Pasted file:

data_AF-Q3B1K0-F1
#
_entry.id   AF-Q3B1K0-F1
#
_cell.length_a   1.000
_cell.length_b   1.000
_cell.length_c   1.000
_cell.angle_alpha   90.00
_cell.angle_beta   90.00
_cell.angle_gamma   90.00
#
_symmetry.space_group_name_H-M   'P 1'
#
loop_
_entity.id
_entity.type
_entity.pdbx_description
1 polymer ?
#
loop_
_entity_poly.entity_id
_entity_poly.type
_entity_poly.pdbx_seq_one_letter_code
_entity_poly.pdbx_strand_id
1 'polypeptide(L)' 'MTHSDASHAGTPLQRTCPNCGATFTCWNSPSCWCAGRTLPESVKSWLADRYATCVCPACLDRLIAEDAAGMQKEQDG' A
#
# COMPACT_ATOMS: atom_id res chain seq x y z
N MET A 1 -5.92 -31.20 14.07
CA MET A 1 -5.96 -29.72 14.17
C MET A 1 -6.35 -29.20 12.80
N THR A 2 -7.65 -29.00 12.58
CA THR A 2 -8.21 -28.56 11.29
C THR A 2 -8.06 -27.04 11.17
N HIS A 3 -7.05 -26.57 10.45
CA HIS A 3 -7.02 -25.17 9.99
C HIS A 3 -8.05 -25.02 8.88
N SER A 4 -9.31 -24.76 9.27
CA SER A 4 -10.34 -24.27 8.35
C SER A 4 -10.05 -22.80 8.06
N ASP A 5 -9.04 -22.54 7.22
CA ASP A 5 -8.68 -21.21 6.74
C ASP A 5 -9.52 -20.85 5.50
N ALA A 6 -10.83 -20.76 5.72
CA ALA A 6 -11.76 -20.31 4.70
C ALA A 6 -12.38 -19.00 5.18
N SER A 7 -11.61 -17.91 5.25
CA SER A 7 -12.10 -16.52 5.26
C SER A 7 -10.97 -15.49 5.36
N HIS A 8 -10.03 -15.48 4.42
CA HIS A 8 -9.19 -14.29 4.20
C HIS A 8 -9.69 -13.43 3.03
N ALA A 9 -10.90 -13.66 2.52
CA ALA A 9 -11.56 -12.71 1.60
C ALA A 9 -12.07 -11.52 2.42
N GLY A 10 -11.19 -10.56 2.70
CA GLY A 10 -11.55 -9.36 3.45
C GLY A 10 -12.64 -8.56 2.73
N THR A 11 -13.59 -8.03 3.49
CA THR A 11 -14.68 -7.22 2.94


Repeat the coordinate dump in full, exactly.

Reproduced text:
data_AF-Q3B1K0-F1
#
_entry.id   AF-Q3B1K0-F1
#
_cell.length_a   1.000
_cell.length_b   1.000
_cell.length_c   1.000
_cell.angle_alpha   90.00
_cell.angle_beta   90.00
_cell.angle_gamma   90.00
#
_symmetry.space_group_name_H-M   'P 1'
#
loop_
_entity.id
_entity.type
_entity.pdbx_description
1 polymer ?
#
loop_
_entity_poly.entity_id
_entity_poly.type
_entity_poly.pdbx_seq_one_letter_code
_entity_poly.pdbx_strand_id
1 'polypeptide(L)' 'MTHSDASHAGTPLQRTCPNCGATFTCWNSPSCWCAGRTLPESVKSWLADRYATCVCPACLDRLIAEDAAGMQKEQDG' A
#
# COMPACT_ATOMS: atom_id res chain seq x y z
N MET A 1 -5.92 -31.20 14.07
CA MET A 1 -5.96 -29.72 14.17
C MET A 1 -6.35 -29.20 12.80
N THR A 2 -7.65 -29.00 12.58
CA THR A 2 -8.21 -28.56 11.29
C THR A 2 -8.06 -27.04 11.17
N HIS A 3 -7.05 -26.57 10.45
CA HIS A 3 -7.02 -25.17 9.99
C HIS A 3 -8.05 -25.02 8.88
N SER A 4 -9.31 -24.76 9.27
CA SER A 4 -10.34 -24.27 8.35
C SER A 4 -10.05 -22.80 8.06
N ASP A 5 -9.04 -22.54 7.22
CA ASP A 5 -8.68 -21.21 6.74
C ASP A 5 -9.52 -20.85 5.50
N ALA A 6 -10.83 -20.76 5.72
CA ALA A 6 -11.76 -20.31 4.70
C ALA A 6 -12.38 -19.00 5.18
N SER A 7 -11.61 -17.91 5.25
CA SER A 7 -12.10 -16.52 5.26
C SER A 7 -10.97 -15.49 5.36
N HIS A 8 -10.03 -15.48 4.42
CA HIS A 8 -9.19 -14.29 4.20
C HIS A 8 -9.69 -13.43 3.03
N ALA A 9 -10.90 -13.66 2.52
CA ALA A 9 -11.56 -12.71 1.60
C ALA A 9 -12.07 -11.52 2.42
N GLY A 10 -11.19 -10.56 2.70
CA GLY A 10 -11.55 -9.36 3.45
C GLY A 10 -12.64 -8.56 2.73
N THR A 11 -13.59 -8.03 3.49
CA THR A 11 -14.68 -7.22 2.94